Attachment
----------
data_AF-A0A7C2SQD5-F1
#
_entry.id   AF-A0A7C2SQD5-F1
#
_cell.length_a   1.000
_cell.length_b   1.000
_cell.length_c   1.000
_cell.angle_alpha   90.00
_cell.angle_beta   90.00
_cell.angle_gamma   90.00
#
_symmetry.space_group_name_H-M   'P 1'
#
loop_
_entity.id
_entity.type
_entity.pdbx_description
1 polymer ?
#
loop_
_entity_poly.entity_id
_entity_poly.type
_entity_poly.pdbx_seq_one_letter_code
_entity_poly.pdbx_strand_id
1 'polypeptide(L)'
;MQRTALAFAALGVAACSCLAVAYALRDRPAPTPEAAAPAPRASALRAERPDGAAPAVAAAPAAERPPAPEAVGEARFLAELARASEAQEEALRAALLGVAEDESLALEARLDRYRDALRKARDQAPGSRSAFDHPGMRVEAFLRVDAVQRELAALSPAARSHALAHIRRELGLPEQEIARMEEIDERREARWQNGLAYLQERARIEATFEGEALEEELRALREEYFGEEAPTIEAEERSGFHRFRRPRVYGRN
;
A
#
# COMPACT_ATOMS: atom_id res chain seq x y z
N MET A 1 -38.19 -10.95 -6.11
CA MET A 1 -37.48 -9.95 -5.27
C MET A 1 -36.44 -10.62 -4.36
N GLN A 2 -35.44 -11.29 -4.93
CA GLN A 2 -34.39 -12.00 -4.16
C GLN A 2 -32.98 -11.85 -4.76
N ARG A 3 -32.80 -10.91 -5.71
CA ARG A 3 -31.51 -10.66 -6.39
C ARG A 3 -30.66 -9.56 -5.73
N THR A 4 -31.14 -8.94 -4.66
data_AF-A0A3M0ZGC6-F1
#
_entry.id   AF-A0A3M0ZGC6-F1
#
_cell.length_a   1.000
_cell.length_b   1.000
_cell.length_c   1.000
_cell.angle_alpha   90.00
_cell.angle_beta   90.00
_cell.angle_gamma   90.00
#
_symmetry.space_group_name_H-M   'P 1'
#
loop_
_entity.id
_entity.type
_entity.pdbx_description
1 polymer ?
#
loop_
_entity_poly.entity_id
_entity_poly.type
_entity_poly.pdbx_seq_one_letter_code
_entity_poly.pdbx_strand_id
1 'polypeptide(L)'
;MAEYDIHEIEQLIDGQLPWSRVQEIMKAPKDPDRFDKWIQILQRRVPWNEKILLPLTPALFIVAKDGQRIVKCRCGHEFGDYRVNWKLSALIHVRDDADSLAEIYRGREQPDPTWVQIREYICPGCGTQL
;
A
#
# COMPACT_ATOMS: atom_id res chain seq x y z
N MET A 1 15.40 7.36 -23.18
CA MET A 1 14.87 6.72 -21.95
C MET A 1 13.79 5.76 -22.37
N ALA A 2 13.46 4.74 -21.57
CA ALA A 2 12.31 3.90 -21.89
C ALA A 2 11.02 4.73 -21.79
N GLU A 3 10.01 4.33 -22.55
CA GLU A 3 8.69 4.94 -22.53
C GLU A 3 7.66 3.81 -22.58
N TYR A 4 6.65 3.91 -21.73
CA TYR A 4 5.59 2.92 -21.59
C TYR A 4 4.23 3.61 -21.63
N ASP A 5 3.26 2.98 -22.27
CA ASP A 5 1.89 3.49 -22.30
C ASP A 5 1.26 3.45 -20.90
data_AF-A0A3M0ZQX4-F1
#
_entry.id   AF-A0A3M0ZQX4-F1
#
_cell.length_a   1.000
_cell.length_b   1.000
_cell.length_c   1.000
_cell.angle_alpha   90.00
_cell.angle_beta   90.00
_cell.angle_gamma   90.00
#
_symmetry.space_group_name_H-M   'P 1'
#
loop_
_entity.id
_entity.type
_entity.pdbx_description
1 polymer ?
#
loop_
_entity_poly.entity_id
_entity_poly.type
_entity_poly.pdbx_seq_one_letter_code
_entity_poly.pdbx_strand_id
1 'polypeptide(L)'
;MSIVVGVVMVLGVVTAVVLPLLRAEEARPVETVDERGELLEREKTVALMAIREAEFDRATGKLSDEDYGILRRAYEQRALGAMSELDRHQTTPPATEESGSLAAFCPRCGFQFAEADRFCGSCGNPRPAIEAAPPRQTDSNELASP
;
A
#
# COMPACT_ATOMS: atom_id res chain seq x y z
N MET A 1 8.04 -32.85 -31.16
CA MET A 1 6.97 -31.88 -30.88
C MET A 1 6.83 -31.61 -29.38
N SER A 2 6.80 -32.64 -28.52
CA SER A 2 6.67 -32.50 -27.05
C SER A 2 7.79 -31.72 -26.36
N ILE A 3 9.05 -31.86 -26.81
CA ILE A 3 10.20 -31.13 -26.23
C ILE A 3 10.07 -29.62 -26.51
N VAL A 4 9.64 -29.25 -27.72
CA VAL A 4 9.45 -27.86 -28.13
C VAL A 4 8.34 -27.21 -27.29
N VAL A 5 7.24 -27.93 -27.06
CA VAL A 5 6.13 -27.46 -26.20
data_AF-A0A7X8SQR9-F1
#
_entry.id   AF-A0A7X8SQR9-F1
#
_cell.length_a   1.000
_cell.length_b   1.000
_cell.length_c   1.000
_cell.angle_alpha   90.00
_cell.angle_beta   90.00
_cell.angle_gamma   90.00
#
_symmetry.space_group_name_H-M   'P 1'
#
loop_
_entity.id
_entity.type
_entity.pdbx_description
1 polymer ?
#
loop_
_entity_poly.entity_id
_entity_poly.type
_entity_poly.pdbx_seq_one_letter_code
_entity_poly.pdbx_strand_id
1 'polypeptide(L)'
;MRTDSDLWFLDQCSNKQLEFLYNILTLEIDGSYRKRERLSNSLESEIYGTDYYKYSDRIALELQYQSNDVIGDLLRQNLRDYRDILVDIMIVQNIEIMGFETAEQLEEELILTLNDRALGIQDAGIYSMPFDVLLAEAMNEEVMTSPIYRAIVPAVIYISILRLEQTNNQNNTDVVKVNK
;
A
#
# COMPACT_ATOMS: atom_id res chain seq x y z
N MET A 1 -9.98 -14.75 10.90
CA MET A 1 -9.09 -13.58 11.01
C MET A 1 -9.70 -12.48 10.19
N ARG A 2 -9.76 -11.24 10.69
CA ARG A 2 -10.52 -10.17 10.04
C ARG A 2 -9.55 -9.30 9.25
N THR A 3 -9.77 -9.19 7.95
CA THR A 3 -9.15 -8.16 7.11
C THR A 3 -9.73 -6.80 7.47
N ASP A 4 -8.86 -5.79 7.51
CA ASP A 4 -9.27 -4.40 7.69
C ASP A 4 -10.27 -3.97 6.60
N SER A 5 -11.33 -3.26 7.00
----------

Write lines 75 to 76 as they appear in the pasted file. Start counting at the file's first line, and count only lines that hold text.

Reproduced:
CA ALA A 2 12.31 3.90 -21.89
C ALA A 2 11.02 4.73 -21.79